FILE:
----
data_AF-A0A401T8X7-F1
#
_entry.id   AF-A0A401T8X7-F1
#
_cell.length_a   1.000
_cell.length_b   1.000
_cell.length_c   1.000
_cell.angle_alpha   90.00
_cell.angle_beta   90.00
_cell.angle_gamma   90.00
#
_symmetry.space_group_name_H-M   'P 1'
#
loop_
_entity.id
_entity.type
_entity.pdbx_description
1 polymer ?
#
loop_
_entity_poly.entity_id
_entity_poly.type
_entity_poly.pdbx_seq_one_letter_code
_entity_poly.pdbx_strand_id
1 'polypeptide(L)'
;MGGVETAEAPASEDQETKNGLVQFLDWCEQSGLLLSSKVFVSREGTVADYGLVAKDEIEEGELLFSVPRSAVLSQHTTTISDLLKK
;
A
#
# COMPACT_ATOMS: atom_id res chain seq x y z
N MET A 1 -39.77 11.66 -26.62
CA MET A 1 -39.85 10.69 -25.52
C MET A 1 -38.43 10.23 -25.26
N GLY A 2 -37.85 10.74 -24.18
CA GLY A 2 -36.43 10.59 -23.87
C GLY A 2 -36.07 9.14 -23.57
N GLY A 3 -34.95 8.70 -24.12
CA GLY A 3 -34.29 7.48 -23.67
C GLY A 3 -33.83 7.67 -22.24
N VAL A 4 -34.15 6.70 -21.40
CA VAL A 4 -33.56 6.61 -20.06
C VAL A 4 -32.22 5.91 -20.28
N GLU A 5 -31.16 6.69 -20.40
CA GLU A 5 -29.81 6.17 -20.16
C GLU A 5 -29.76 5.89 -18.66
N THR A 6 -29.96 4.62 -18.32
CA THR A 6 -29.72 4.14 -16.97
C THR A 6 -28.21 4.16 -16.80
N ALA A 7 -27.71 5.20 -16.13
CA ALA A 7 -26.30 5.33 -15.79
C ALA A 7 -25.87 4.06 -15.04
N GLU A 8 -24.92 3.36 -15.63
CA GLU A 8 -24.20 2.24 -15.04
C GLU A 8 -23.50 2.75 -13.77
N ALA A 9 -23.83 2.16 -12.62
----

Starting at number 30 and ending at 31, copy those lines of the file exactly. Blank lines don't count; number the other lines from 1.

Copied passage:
# COMPACT_ATOMS: atom_id res chain seq x y z
N MET A 1 -39.77 11.66 -26.62